On the heels of the Republican National Convention, Vice President Mike Pence pays a visit to Duluth on Friday, marking the fourth time he or President Donald Trump has come to the state this year.
The Democratic ticket hasn’t been through, and that’s causing some anxiety among some party activists who acknowledge that Minnesota is a true battleground for the first time in a long time.
Former Vice President Joe Biden has mostly avoided in-person campaign events during the coronavirus pandemic, opting instead for virtual or satellite television appearances. He didn’t travel to Wisconsin for the Democratic National Convention this month while Trump and Pence both paid visits.
“We’re leaving the door open for them to continue to come to the states and not counter it with anything,” said Justin Perpich, a former 8th Congressional District DFL chair and Minnesota campaign veteran. “That kind of worries me.”
Aside from revving up the party base, candidate visits often lead the news for days in local media. Perpich argues that it’s tougher to attract attention if the principals don’t stop by. He said he’s fielded calls from people fretting about the campaign strategy.
“Why aren’t they here? We need to hear from them,” Perpich recounted of the contacts he’s gotten. “We need to see their presence on the ground.”
The Biden campaign said late Thursday that Biden does plan to campaign in person after Labor Day, including to Minnesota, but did not release details.
Biden’s campaign insists it’s invested in must-win Minnesota. It has been holding virtual action events and making considerable voter contacts via phone calls, text messages and email. Events that draw a crowd could be viewed as contradictory to the calls to heed the COVID-19 health precautions.
Minnesota DFL Party Chair Ken Martin said his party’s field operation is extensive and mobilized. He said he won’t be surprised to see Biden and his running mate, Sen. Kamala Harris, come through before November.
“There’s no doubt that it’s tightening, and I would have to imagine that the Biden-Harris campaign as they’re looking at Minnesota are going to have to put more resources here to make sure we keep it in the blue column,” Martin said.
Martin said there’s no reason to panic, but he understands why some on his side are uneasy.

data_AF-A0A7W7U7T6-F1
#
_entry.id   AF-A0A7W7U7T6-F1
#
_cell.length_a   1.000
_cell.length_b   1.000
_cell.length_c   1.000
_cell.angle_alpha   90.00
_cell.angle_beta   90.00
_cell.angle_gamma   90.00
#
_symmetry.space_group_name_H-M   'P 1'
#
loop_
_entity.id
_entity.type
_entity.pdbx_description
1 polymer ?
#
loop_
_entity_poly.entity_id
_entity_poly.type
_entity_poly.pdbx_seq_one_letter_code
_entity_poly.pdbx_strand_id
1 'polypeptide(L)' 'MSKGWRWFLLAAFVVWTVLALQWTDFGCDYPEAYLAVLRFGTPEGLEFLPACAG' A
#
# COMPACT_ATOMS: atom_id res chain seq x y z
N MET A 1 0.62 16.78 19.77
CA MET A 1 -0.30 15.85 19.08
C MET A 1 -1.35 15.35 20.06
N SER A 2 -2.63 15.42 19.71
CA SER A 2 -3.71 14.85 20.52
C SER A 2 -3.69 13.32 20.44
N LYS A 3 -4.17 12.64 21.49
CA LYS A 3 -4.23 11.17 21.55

“Donald Trump is personally obsessed with flipping Minnesota. He’s a trophy collector,” Martin said. “There’s no bigger trophy for a Republican running for president than to flip Minnesota, which has the longest streak of any in the nation of voting for the Democratic nominee.”
Democrats have used the Trump and Pence stops to hammer the administration over their handling of the COVID-19 pandemic, racial justice and economic hardship facing many families.
Pence is due to speak about taxes, trade and regulation during his afternoon visit to a warehouse along Duluth’s seaway port. The federal government recently awarded more than $10 million toward an expansion of the marine terminal key to overseas shipping.
Trump himself packed an arena in Duluth two years ago. The Pence event won’t be that. A select number of invitations were sent out by the campaign and state party to allow attendees to spread out.
The Trump campaign is placing a big bet on Minnesota this election, and the Republican ticket’s standing in the north will go a long way to determining if it pays off.
The region has long been dominated politically by Democrats, but Trump kept it close in St. Louis County in 2016. He won the sprawling 8th Congressional District by a comfortable margin.
Natural resource issues are driving the president’s campaign message in the area. He touts his administration’s accommodations for mining, oil pipelines and logging.
Underscoring the theme was Scott Dane, who wore a “Make Logging Great Again” hat while speaking during the Republican convention this week. Dane, the executive director Associated Contract Loggers and Truckers of Minnesota, praised Trump and criticized Biden in his remarks.
“When plants closed in Duluth, Sartell, Cook and Bemidji, they were just numbers on a paper to the Obama-Biden administration,” Dane said. “To me, they were people and jobs and families.”
In more than four decades of party involvement, St. Louis County Republican Party Chair Ron Britton said he can’t remember a time when there was more enthusiasm on the ground. He’s having trouble keeping local headquarters stocked with T-shirts, buttons, caps and more.
“Everybody wants a flag. Everybody wants a sign. We don’t have any Trump signs,” Britton said. “We had to have some made. ”
Who has asked for the items has gotten Britton’s attention, too.
“People were undercover last time. They didn’t want to say when they came in to get signs, ‘Oh I’ll get signs for my neighbor but he doesn’t want to be seen coming into the building,’” Britton said. “It doesn’t happen this time. They all come in.”
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